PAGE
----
That brings us to the attacks on the other members of the Jewish Home party’s list. Of course, members of a party should stand up to public scrutiny. One of the great flaws of Israeli politics is that most Members of Knesset never face public exposure, they compete in internal party primaries or are chosen by central committees or leadership councils. When people vote for a list they typically don’t know much about most candidates of that party’s list. This election’s Jewish Home party is an excellent example of that phenomenon. Over the last primaries and merger with the National Union there was a clean sweep of candidates. Orlev and Hershkowitz, whom the public had come to know were ejected, and three of the four members of the National Union’s Knesset faction left the party. Who will potentially comprise the Jewish Home’s Knesset faction is mystery to the public and the public has a right to know. And, as these people are candidates, other parties have a right to criticize them.
So the attacks on the list in this election spot are not inherently unfair.The question remains as to what was said about each candidate mentioned in the advertisement.
“Rabbi Eli Ben Dahan number four on the Jewish Home’s list called for the removal of the committee on the status of women.” In a television appearance next to MK Tzipi Hotovely, Ayelet Shaked claimed that Rabbi Eli Ben Dahan had not called to cancel the Knesset committee on the status of women, but had called for its merger with the committee on children’s right to create a committee on the family.
The Likud attack here was fair because practically Dahan called to get rid of two committees and create another. This would subjugate the entire issue of women to the category of the family. The entire point of the Committee on the Advancement of the Status of Women is a recognition that the status of women is a separate and special issue that needs its own committee. Women are mothers, but they are not only mothers and don’t want to be treated only as such. Getting rid of the women’s status committee does exactly that. There is nothing in Judaism that says women’s only role in society should be in the home. The view that Dahan presented with his proposal is not accepted by most Israelis or even members of the national religious community and should be exposed to the public.
“Orit Struck, number ten, who called for levy a legal price tag from IDF commanders and the police.” I’m not sure of the context of this statement, but there is nothing wrong with extracting a legal price tag. In fact, in a society ruled by law, a legal price tag should be extracted for any state action against the citizen – this results in state officials thinking twice before they do something that is potentially illegal by first checking with their legal advisers. It also ensures that a court oversees what has happened and corrects any injustice that occurs. Going to court over state actions against the citizen as much as possible is not only legitimate but it is the tactic used by all civil rights organizations in all democracies.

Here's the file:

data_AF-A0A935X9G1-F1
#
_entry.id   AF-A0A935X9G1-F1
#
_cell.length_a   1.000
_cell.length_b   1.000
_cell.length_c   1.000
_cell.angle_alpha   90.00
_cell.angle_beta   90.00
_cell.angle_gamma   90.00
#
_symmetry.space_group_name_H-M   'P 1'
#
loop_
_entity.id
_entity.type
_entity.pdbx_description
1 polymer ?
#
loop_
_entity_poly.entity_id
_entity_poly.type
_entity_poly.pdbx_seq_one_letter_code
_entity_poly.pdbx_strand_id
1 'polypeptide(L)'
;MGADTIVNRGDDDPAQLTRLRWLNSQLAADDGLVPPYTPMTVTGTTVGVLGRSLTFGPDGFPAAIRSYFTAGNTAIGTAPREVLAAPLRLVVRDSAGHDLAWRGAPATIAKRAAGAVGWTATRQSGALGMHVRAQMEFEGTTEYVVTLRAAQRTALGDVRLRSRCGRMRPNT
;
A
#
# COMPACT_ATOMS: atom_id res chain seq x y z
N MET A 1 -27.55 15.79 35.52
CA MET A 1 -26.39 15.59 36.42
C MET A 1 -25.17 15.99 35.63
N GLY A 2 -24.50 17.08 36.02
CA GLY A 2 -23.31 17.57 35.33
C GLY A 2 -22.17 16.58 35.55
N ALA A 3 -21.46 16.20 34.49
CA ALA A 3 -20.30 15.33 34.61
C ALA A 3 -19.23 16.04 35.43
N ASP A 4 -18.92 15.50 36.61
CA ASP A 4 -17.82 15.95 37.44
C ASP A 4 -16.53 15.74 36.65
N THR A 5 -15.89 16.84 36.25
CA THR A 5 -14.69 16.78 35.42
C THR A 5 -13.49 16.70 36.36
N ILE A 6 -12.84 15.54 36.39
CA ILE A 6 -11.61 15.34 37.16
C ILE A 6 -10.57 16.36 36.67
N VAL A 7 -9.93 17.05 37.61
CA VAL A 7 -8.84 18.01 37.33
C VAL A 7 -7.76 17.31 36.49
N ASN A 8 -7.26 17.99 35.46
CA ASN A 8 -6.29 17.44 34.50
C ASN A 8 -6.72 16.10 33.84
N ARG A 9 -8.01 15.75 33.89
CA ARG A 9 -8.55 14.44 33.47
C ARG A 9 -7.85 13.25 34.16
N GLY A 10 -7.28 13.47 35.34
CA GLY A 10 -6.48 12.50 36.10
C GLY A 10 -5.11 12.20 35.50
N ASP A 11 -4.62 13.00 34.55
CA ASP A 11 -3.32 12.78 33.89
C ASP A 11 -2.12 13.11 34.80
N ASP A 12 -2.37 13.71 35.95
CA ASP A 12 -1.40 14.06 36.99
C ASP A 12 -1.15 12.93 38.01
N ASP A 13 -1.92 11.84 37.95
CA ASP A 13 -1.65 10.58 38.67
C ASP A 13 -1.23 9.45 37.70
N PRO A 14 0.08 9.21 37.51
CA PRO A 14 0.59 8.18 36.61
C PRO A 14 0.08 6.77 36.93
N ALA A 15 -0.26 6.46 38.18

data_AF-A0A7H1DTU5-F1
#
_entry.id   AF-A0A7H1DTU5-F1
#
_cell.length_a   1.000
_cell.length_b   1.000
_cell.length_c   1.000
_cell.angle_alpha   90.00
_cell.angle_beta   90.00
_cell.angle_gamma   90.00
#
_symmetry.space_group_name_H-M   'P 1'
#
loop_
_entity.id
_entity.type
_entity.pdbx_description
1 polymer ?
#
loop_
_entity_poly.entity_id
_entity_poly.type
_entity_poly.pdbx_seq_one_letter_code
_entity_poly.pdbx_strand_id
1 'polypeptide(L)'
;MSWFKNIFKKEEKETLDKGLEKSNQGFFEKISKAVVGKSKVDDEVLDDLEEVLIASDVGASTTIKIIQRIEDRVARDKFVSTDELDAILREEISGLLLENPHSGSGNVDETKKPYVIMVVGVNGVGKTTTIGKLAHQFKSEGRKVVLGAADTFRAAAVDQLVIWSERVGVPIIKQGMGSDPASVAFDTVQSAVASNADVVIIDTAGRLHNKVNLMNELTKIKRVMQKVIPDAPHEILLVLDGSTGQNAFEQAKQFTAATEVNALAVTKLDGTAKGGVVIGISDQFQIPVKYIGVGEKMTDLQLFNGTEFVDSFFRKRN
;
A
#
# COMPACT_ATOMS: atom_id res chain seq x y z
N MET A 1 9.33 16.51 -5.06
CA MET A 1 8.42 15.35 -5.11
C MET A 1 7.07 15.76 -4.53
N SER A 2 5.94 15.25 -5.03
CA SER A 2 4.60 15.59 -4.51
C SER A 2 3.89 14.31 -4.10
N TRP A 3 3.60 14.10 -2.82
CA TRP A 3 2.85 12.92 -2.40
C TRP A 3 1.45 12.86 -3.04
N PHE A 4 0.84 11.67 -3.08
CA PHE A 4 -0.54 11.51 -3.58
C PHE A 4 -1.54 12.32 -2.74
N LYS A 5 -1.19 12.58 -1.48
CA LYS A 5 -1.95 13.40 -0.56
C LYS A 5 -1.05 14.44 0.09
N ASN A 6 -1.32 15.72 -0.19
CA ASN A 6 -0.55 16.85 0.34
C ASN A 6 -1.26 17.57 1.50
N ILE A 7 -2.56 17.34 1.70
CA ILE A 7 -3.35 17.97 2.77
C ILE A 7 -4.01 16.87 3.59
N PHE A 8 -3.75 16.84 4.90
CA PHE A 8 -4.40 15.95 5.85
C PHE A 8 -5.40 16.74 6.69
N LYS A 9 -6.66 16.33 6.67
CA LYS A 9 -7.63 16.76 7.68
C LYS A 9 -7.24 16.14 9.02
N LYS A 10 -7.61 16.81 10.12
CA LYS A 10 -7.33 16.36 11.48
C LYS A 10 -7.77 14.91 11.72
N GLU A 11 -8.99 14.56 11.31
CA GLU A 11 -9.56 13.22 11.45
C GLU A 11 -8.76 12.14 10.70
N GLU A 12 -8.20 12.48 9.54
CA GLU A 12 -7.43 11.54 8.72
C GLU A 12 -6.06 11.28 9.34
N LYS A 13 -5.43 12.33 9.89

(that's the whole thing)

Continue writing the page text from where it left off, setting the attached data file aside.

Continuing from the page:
The “price tag” reference, however, could be problematic, depending on the context of the statement. To publicly approve of the price tag acts – which are not disobedience, but simply youth expressing their frustration at the expense of other people’s property – is not correct. For a private person to say something like this is another story, but for a public person to talk loosely and legitimize such illegal acts which hurt the public perception of residents of Judea and Samaria is a strike against them in deciding whether to put that person in the Knesset.
While people have a right to know that Struck is part of the battle against evictions and expulsion – in fact this could help the Jewish Home list – the ad is unfair in that it takes advantage of the fact that the public will pay more attention to the ‘price tag’ part of the comment. But then again a public figure should be careful not to lend legitimacy to the price tag attacks.
“Moti Yogev, number nine, that led the separation between boys and girls in Bnei Akiva.” It could be claimed that this is just Judaism. That would depend on the extent of the separation and what sect of Orthodox Judaism you fall into. But certainly their is a trend towards separation of the sexes that has many negative affects on society, contributing toward viewing women as homemakers or sexual objects. It also correlates to a rise in a campaign of ignorance in which science – the study of God’s creation – is viewed as anti-religious and towards educating whole segments of society not to earn a living but instead to live off of society. If a candidate is someone who is contributing to that, then people have a right to know and make a decision. An attack ad in and of itself can never fully discuss the issue or the candidate’s role in it, but Yogev and the Jewish Home have the opportunity to respond.
About the Author: Daniel Tauber is a frequent contributor to various prominent publications, including the Jewish Press, Arutz Sheva, Americanthinker.com, the Jerusalem Post and Ha’aretz. Daniel is also an attorney admitted to practice law in Israel and New York and received his J.D. from Fordham University School of Law. You can follow him on facebook and twitter.
If you don't see your comment after publishing it, refresh the page.